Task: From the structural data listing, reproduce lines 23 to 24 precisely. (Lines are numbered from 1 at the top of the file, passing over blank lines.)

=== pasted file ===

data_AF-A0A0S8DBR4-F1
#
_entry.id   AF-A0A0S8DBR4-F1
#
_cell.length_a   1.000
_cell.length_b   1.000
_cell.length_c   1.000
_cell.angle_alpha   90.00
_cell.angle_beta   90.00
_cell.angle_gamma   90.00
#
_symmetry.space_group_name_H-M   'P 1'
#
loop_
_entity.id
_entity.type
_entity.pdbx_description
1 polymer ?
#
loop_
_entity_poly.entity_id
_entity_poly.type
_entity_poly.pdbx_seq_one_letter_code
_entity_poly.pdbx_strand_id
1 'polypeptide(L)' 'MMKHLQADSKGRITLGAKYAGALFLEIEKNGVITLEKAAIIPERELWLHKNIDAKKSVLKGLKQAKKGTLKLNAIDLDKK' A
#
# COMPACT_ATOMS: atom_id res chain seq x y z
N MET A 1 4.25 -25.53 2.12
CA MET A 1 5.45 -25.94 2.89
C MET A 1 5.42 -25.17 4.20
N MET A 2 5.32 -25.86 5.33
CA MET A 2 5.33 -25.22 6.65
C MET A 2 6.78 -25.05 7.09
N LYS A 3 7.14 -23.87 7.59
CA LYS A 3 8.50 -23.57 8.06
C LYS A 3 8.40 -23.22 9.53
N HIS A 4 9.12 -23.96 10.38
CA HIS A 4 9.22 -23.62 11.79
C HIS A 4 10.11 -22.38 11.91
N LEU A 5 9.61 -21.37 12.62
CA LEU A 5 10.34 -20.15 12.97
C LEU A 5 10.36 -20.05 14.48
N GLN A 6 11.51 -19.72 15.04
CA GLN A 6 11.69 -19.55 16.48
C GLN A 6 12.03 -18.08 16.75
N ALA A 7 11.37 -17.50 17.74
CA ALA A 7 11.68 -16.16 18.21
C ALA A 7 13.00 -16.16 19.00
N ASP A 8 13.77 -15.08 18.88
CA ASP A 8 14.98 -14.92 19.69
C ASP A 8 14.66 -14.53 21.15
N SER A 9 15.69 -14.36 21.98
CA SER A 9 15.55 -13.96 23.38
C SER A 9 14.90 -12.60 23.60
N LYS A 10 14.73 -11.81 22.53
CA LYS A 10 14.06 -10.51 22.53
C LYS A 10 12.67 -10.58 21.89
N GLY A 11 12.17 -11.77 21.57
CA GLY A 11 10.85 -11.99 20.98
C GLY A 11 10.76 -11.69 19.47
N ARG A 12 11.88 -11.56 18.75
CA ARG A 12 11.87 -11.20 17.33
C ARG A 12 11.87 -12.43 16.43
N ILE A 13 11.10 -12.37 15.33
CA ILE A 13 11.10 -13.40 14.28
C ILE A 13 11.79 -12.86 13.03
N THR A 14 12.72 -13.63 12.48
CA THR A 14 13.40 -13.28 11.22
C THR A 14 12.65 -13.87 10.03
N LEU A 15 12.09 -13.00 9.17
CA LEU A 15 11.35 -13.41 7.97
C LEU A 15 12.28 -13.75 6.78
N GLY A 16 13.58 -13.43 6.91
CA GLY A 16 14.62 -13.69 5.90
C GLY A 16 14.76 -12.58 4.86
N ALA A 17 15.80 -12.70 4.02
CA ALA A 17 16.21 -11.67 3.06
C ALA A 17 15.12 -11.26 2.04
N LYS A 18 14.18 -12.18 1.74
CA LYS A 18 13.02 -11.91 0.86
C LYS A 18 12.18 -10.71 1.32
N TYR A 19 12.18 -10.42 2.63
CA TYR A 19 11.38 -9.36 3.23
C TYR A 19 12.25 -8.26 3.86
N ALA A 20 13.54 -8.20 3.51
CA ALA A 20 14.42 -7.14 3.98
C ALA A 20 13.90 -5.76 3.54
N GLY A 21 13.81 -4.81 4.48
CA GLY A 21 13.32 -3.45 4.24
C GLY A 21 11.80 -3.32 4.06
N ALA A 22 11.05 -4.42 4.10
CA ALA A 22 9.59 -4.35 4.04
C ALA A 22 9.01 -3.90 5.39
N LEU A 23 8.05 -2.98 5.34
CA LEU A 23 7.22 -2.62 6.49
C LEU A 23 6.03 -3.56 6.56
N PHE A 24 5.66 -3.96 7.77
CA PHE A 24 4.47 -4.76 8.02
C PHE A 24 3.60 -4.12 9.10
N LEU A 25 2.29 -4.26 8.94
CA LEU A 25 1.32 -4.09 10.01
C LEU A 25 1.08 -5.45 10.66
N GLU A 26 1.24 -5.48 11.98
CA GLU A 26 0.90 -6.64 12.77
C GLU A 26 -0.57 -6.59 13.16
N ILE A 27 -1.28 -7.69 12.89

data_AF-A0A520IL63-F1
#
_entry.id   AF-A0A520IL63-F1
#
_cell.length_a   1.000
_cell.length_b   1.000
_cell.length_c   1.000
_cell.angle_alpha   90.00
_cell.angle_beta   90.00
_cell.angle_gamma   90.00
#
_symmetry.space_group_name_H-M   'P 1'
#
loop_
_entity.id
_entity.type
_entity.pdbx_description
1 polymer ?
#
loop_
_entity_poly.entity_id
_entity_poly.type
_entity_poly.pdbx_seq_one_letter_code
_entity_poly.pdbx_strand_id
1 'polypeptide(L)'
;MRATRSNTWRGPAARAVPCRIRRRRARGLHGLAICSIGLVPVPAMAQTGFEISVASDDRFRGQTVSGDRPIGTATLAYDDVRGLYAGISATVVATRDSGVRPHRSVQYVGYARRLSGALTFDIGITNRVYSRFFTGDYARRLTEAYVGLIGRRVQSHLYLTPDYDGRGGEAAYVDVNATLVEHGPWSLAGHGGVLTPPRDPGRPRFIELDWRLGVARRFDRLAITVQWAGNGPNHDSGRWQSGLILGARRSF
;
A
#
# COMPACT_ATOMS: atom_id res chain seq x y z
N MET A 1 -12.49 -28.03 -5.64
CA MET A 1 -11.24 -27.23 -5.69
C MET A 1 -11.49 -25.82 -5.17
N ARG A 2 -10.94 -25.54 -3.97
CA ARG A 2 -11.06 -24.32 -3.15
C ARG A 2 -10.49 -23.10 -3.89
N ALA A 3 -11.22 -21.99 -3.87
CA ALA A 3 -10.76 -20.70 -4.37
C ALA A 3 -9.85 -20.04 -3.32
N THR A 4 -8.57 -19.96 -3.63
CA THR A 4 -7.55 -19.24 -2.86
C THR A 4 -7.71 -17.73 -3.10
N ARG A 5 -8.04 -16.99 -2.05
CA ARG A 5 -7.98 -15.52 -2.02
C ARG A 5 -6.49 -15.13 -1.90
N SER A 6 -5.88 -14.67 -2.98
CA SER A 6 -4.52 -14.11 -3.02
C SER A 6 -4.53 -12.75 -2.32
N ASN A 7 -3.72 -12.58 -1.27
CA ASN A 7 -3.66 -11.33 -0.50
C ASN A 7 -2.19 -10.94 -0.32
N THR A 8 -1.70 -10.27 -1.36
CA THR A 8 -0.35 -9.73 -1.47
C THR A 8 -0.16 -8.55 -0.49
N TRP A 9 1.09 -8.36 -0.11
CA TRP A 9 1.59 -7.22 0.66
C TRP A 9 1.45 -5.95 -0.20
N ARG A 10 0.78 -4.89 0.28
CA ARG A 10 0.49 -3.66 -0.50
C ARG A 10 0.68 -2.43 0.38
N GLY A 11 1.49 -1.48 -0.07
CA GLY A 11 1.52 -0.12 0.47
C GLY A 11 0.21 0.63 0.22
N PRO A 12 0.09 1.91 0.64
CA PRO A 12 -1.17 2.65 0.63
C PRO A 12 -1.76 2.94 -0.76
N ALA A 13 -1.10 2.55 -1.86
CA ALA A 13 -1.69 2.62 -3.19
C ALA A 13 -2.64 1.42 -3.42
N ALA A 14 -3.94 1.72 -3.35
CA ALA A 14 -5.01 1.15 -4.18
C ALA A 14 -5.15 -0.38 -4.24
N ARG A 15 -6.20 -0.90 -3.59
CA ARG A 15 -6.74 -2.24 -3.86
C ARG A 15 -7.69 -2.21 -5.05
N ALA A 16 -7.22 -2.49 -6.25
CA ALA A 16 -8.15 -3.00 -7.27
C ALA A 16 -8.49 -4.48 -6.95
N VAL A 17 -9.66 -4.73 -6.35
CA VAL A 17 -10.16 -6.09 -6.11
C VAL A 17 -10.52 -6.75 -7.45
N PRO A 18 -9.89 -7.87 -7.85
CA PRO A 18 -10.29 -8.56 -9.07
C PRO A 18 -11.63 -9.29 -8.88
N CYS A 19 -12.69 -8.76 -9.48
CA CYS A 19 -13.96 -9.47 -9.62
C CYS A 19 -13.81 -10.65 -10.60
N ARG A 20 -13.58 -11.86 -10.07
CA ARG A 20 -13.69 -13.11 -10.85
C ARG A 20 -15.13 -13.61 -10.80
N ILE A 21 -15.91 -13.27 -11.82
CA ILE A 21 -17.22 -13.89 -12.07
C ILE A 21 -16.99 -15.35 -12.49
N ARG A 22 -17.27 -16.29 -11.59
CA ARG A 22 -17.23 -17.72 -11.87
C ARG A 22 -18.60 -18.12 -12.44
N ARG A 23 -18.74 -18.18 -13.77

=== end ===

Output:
_entity_poly.pdbx_seq_one_letter_code
_entity_poly.pdbx_strand_id